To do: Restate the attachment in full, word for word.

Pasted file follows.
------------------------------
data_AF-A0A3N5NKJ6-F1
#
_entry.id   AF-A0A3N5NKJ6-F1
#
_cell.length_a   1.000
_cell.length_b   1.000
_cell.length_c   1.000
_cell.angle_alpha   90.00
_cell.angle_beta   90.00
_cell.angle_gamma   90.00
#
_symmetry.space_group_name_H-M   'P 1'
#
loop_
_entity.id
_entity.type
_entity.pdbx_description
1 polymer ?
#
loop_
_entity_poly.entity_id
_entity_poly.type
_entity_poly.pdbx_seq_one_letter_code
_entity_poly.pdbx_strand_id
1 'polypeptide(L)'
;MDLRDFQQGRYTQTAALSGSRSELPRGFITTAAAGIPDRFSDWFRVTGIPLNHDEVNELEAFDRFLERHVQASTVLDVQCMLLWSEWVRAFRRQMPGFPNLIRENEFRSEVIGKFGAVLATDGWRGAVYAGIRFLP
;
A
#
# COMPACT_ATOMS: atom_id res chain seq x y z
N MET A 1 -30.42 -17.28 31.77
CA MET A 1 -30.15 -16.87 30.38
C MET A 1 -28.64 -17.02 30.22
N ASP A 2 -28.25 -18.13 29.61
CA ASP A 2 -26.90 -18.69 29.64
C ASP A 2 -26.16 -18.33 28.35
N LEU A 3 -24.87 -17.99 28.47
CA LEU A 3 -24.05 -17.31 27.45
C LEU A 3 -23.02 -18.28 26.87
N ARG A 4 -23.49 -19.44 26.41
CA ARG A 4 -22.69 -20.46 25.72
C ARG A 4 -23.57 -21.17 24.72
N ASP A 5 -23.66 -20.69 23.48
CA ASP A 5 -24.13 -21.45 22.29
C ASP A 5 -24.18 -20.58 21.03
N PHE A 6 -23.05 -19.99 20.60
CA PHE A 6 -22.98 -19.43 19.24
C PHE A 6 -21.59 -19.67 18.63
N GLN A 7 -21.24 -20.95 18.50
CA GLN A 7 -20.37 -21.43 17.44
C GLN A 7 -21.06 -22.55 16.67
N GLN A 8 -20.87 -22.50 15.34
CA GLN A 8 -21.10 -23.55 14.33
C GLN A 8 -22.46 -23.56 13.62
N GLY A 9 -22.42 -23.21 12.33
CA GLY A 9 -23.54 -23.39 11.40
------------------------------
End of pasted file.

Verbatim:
data_AF-A0A3N5NKJ6-F1
#
_entry.id   AF-A0A3N5NKJ6-F1
#
_cell.length_a   1.000
_cell.length_b   1.000
_cell.length_c   1.000
_cell.angle_alpha   90.00
_cell.angle_beta   90.00
_cell.angle_gamma   90.00
#
_symmetry.space_group_name_H-M   'P 1'
#
loop_
_entity.id
_entity.type
_entity.pdbx_description
1 polymer ?
#
loop_
_entity_poly.entity_id
_entity_poly.type
_entity_poly.pdbx_seq_one_letter_code
_entity_poly.pdbx_strand_id
1 'polypeptide(L)'
;MDLRDFQQGRYTQTAALSGSRSELPRGFITTAAAGIPDRFSDWFRVTGIPLNHDEVNELEAFDRFLERHVQASTVLDVQCMLLWSEWVRAFRRQMPGFPNLIRENEFRSEVIGKFGAVLATDGWRGAVYAGIRFLP
;
A
#
# COMPACT_ATOMS: atom_id res chain seq x y z
N MET A 1 -30.42 -17.28 31.77
CA MET A 1 -30.15 -16.87 30.38
C MET A 1 -28.64 -17.02 30.22
N ASP A 2 -28.25 -18.13 29.61
CA ASP A 2 -26.90 -18.69 29.64
C ASP A 2 -26.16 -18.33 28.35
N LEU A 3 -24.87 -17.99 28.47
CA LEU A 3 -24.05 -17.31 27.45
C LEU A 3 -23.02 -18.28 26.87
N ARG A 4 -23.49 -19.44 26.41
CA ARG A 4 -22.69 -20.46 25.72
C ARG A 4 -23.57 -21.17 24.72
N ASP A 5 -23.66 -20.69 23.48
CA ASP A 5 -24.13 -21.45 22.29
C ASP A 5 -24.18 -20.58 21.03
N PHE A 6 -23.05 -19.99 20.60
CA PHE A 6 -22.98 -19.43 19.24
C PHE A 6 -21.59 -19.67 18.63
N GLN A 7 -21.24 -20.95 18.50
CA GLN A 7 -20.37 -21.43 17.44
C GLN A 7 -21.06 -22.55 16.67
N GLN A 8 -20.87 -22.50 15.34
CA GLN A 8 -21.10 -23.55 14.33
C GLN A 8 -22.46 -23.56 13.62
N GLY A 9 -22.42 -23.21 12.33
CA GLY A 9 -23.54 -23.39 11.40